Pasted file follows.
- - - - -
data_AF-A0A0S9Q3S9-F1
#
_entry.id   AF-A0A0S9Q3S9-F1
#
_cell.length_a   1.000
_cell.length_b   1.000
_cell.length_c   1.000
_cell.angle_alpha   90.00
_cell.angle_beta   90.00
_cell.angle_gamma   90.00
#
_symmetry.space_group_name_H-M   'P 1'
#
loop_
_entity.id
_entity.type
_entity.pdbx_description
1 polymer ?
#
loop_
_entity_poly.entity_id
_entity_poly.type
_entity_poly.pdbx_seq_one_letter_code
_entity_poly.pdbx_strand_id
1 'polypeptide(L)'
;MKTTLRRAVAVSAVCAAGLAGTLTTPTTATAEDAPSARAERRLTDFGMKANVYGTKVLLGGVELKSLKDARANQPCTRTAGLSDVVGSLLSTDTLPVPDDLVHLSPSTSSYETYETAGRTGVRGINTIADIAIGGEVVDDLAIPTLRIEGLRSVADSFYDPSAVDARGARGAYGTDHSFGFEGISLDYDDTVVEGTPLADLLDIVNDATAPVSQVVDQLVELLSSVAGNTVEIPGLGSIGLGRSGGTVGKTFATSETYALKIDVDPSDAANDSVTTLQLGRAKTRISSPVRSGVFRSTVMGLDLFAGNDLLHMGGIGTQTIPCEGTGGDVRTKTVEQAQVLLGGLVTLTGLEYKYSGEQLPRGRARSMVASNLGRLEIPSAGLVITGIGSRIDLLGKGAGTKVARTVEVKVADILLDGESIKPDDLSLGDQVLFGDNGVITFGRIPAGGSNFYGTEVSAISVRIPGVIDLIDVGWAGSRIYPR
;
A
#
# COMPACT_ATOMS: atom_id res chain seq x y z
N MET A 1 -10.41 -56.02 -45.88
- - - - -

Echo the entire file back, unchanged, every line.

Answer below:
data_AF-A0A0S9Q3S9-F1
#
_entry.id   AF-A0A0S9Q3S9-F1
#
_cell.length_a   1.000
_cell.length_b   1.000
_cell.length_c   1.000
_cell.angle_alpha   90.00
_cell.angle_beta   90.00
_cell.angle_gamma   90.00
#
_symmetry.space_group_name_H-M   'P 1'
#
loop_
_entity.id
_entity.type
_entity.pdbx_description
1 polymer ?
#
loop_
_entity_poly.entity_id
_entity_poly.type
_entity_poly.pdbx_seq_one_letter_code
_entity_poly.pdbx_strand_id
1 'polypeptide(L)'
;MKTTLRRAVAVSAVCAAGLAGTLTTPTTATAEDAPSARAERRLTDFGMKANVYGTKVLLGGVELKSLKDARANQPCTRTAGLSDVVGSLLSTDTLPVPDDLVHLSPSTSSYETYETAGRTGVRGINTIADIAIGGEVVDDLAIPTLRIEGLRSVADSFYDPSAVDARGARGAYGTDHSFGFEGISLDYDDTVVEGTPLADLLDIVNDATAPVSQVVDQLVELLSSVAGNTVEIPGLGSIGLGRSGGTVGKTFATSETYALKIDVDPSDAANDSVTTLQLGRAKTRISSPVRSGVFRSTVMGLDLFAGNDLLHMGGIGTQTIPCEGTGGDVRTKTVEQAQVLLGGLVTLTGLEYKYSGEQLPRGRARSMVASNLGRLEIPSAGLVITGIGSRIDLLGKGAGTKVARTVEVKVADILLDGESIKPDDLSLGDQVLFGDNGVITFGRIPAGGSNFYGTEVSAISVRIPGVIDLIDVGWAGSRIYPR
;
A
#
# COMPACT_ATOMS: atom_id res chain seq x y z
N MET A 1 -10.41 -56.02 -45.88